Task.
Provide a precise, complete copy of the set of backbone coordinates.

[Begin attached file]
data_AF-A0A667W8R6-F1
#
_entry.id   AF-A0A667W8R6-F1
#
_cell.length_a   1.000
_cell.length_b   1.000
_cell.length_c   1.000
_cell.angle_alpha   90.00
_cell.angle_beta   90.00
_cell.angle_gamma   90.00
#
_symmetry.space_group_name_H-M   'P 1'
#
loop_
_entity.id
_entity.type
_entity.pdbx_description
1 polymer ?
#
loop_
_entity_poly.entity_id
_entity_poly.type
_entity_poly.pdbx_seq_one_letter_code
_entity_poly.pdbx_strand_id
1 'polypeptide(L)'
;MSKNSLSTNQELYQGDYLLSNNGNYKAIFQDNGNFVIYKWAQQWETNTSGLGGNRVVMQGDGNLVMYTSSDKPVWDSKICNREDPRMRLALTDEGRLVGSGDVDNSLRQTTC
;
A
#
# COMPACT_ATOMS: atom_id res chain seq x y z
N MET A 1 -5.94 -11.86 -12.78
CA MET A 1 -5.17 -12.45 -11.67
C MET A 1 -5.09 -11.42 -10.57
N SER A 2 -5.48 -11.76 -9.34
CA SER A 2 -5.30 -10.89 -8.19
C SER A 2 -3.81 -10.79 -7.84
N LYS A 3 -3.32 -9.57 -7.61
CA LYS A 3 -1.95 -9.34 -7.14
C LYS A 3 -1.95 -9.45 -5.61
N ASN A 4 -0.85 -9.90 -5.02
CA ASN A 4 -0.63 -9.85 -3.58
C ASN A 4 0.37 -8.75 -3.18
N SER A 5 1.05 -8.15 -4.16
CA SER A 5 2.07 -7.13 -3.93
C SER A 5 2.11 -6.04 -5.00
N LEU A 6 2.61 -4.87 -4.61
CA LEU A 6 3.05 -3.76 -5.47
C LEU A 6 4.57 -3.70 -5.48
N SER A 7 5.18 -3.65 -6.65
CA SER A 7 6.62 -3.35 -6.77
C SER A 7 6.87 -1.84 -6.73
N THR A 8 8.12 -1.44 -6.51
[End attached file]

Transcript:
data_AF-A0A667W8R6-F1
#
_entry.id   AF-A0A667W8R6-F1
#
_cell.length_a   1.000
_cell.length_b   1.000
_cell.length_c   1.000
_cell.angle_alpha   90.00
_cell.angle_beta   90.00
_cell.angle_gamma   90.00
#
_symmetry.space_group_name_H-M   'P 1'
#
loop_
_entity.id
_entity.type
_entity.pdbx_description
1 polymer ?
#
loop_
_entity_poly.entity_id
_entity_poly.type
_entity_poly.pdbx_seq_one_letter_code
_entity_poly.pdbx_strand_id
1 'polypeptide(L)'
;MSKNSLSTNQELYQGDYLLSNNGNYKAIFQDNGNFVIYKWAQQWETNTSGLGGNRVVMQGDGNLVMYTSSDKPVWDSKICNREDPRMRLALTDEGRLVGSGDVDNSLRQTTC
;
A
#
# COMPACT_ATOMS: atom_id res chain seq x y z
N MET A 1 -5.94 -11.86 -12.78
CA MET A 1 -5.17 -12.45 -11.67
C MET A 1 -5.09 -11.42 -10.57
N SER A 2 -5.48 -11.76 -9.34
CA SER A 2 -5.30 -10.89 -8.19
C SER A 2 -3.81 -10.79 -7.84
N LYS A 3 -3.32 -9.57 -7.61
CA LYS A 3 -1.95 -9.34 -7.14
C LYS A 3 -1.95 -9.45 -5.61
N ASN A 4 -0.85 -9.90 -5.02
CA ASN A 4 -0.63 -9.85 -3.58
C ASN A 4 0.37 -8.75 -3.18
N SER A 5 1.05 -8.15 -4.16
CA SER A 5 2.07 -7.13 -3.93
C SER A 5 2.11 -6.04 -5.00
N LEU A 6 2.61 -4.87 -4.61
CA LEU A 6 3.05 -3.76 -5.47
C LEU A 6 4.57 -3.70 -5.48
N SER A 7 5.18 -3.65 -6.65
CA SER A 7 6.62 -3.35 -6.77
C SER A 7 6.87 -1.84 -6.73
N THR A 8 8.12 -1.44 -6.51